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doi = "10.1016/j.jtherbio.2018.12.019",
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Reliability of a wearable sweat rate monitor and routine sweat analysis techniques under heat stress in females. / Relf, Rebecca; Willmott, Ashley; Flint, Melaine; Beale, Louisa; Maxwell, Neil.

In: Journal of Thermal Biology, Vol. 79, 18.12.2018, p. 209-217.

Research output: Contribution to journalArticleResearchpeer-review

TY - JOUR

T1 - Reliability of a wearable sweat rate monitor and routine sweat analysis techniques under heat stress in females

AU - Relf, Rebecca

AU - Willmott, Ashley

AU - Flint, Melaine

AU - Beale, Louisa

AU - Maxwell, Neil

PY - 2018/12/18

Y1 - 2018/12/18

N2 - Introduction: The aim of the study was to evaluate the reliability of five different sweat analysis techniques which measure; whole body sweat rate [WBSR], local sweat rate [LSR] (via technical absorbent [TA] method and KuduSmart® monitor), sweat conductivity [SC] and sweat gland activation [SGA] in a female population when exercising moderately under heat stress. Methods: Fourteen females (age; 26 ± 7 years, body mass; 66.5 ± 7.6 kg, height; 167.1 ± 6.4 cm) completed a preliminary threshold walking test (to determine exercise intensity) and two main trials, separated by 2 days. Main trials consisted of 30-minutes seated rest in the environmental chamber (35°C, 50% relative humidity) in an upper body sauna-suit, before its removal, and walking at a moderate intensity (4 metabolic equivalents) for 30-minutes (speeds ranged from 4.8-6.5 km.hr-1). WBSR was measured via nude mass pre and post exercise. The TA and Tegaderm patches (for sweat sodium chloride) were placed on the back, forearm and chest for the entire 60-minutes, replicated for all participants for both trials. SGA was assessed following the 60-minute trial and the KuduSmart® monitor was placed on the left arm for the 30-minutes of exercise. Results: WBSR, LSR methods and SC demonstrated no difference between trials (p >0.05), good agreement (within limits), strong correlations (r ≥ 0.88) and low typical error of measurements [TEM] (<0.04L.min-1, 0.13 mg.min-1.cm-2 and 8 mmol.L-1, respectively). SGA method showed moderate intra-class correlation (r=0.80), with high TEM (5 glands) and large limits of agreement. Conclusion: Sudomotor function is reliable, as demonstrated by good reliability, small TEM and strong correlations. The use of these sweat techniques is appropriate and practical in females who are exercising at moderate intensity under heat stress, and so, may aid future interventions. SGA shows larger variation and should be used with caution.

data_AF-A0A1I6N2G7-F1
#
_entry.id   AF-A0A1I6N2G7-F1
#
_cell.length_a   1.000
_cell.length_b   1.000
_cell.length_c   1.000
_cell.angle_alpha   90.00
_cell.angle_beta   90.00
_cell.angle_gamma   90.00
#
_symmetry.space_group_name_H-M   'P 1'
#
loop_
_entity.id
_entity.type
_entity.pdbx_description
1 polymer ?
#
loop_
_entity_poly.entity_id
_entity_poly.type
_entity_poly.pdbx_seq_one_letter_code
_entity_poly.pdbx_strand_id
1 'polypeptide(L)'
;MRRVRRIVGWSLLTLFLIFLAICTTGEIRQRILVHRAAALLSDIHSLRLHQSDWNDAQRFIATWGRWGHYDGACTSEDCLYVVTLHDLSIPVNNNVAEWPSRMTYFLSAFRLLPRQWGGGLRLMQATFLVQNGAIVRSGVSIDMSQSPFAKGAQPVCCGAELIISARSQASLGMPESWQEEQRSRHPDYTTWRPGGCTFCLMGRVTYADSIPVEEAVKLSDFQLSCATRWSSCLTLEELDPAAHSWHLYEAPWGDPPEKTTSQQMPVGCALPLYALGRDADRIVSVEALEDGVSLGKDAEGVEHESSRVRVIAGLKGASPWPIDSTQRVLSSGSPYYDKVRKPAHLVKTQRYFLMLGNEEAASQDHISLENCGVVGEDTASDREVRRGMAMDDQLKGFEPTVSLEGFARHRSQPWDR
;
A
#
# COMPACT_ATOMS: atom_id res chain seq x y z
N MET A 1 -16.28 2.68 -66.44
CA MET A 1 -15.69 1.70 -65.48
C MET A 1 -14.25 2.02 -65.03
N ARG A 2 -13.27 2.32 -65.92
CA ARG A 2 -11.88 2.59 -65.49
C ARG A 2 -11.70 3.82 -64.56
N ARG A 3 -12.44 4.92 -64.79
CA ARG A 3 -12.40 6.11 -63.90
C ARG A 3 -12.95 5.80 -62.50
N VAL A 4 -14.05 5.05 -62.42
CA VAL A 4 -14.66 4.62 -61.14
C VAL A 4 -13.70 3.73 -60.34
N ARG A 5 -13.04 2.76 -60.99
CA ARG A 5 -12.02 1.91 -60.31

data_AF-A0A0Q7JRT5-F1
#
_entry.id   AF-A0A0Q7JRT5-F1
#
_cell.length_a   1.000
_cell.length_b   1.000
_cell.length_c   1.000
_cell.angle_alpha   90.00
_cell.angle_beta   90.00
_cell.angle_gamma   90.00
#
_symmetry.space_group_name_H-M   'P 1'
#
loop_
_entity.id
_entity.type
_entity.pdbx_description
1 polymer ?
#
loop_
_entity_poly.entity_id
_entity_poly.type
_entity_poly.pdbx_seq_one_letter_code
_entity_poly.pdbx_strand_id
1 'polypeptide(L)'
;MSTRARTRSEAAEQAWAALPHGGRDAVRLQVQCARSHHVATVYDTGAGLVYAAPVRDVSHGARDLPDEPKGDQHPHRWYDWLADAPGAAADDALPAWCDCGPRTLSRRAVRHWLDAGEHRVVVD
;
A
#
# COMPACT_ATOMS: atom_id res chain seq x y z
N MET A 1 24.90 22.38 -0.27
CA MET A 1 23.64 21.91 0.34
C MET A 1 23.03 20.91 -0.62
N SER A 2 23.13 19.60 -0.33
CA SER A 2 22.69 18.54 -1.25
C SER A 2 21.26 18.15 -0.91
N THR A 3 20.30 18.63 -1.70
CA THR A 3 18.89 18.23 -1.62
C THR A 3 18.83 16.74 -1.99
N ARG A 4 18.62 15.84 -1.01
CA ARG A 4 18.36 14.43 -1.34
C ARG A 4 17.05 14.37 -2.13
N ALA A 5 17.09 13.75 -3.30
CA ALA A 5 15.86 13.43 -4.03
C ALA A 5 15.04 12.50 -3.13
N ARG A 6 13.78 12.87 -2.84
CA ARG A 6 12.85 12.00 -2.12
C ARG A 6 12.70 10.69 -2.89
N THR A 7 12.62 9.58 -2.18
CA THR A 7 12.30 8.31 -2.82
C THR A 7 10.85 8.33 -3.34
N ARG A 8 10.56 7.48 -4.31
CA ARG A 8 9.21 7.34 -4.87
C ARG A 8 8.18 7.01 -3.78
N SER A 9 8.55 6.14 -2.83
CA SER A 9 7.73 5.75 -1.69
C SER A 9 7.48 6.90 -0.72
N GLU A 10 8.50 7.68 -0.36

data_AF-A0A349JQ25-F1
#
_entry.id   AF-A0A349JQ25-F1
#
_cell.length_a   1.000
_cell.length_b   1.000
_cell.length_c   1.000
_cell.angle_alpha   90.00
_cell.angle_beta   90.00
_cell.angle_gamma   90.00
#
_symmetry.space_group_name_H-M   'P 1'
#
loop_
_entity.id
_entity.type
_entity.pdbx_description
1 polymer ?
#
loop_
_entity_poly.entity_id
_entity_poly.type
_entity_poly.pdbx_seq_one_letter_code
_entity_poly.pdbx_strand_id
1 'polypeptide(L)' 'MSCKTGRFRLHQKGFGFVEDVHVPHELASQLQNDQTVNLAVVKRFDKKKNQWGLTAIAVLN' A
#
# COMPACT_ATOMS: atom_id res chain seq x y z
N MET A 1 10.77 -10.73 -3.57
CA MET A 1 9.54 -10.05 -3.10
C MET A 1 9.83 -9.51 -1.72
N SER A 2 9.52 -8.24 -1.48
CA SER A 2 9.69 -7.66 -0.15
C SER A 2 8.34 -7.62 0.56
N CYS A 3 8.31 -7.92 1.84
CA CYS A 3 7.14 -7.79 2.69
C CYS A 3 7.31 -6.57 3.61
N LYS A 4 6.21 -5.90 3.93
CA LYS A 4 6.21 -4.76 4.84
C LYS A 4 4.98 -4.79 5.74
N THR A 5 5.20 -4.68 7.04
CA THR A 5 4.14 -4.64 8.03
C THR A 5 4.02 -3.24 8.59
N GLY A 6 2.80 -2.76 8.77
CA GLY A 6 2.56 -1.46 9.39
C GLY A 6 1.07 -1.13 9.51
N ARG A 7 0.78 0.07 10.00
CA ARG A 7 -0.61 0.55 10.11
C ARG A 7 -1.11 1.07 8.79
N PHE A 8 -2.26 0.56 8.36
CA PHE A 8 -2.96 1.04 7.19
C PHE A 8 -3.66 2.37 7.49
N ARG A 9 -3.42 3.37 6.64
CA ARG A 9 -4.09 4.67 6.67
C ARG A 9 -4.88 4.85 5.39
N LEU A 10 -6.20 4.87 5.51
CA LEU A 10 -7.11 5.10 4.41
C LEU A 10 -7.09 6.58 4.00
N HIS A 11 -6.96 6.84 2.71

AB - Introduction: The aim of the study was to evaluate the reliability of five different sweat analysis techniques which measure; whole body sweat rate [WBSR], local sweat rate [LSR] (via technical absorbent [TA] method and KuduSmart® monitor), sweat conductivity [SC] and sweat gland activation [SGA] in a female population when exercising moderately under heat stress. Methods: Fourteen females (age; 26 ± 7 years, body mass; 66.5 ± 7.6 kg, height; 167.1 ± 6.4 cm) completed a preliminary threshold walking test (to determine exercise intensity) and two main trials, separated by 2 days. Main trials consisted of 30-minutes seated rest in the environmental chamber (35°C, 50% relative humidity) in an upper body sauna-suit, before its removal, and walking at a moderate intensity (4 metabolic equivalents) for 30-minutes (speeds ranged from 4.8-6.5 km.hr-1). WBSR was measured via nude mass pre and post exercise. The TA and Tegaderm patches (for sweat sodium chloride) were placed on the back, forearm and chest for the entire 60-minutes, replicated for all participants for both trials. SGA was assessed following the 60-minute trial and the KuduSmart® monitor was placed on the left arm for the 30-minutes of exercise. Results: WBSR, LSR methods and SC demonstrated no difference between trials (p >0.05), good agreement (within limits), strong correlations (r ≥ 0.88) and low typical error of measurements [TEM] (<0.04L.min-1, 0.13 mg.min-1.cm-2 and 8 mmol.L-1, respectively). SGA method showed moderate intra-class correlation (r=0.80), with high TEM (5 glands) and large limits of agreement. Conclusion: Sudomotor function is reliable, as demonstrated by good reliability, small TEM and strong correlations. The use of these sweat techniques is appropriate and practical in females who are exercising at moderate intensity under heat stress, and so, may aid future interventions. SGA shows larger variation and should be used with caution.

KW - Sweat analysis

KW - heat stress

KW - exercise

KW - reliability

KW - females

U2 - 10.1016/j.jtherbio.2018.12.019

DO - 10.1016/j.jtherbio.2018.12.019

M3 - Article

VL - 79

SP - 209

EP - 217

JO - Journal of Thermal Biology

JF - Journal of Thermal Biology

SN - 0306-4565

ER -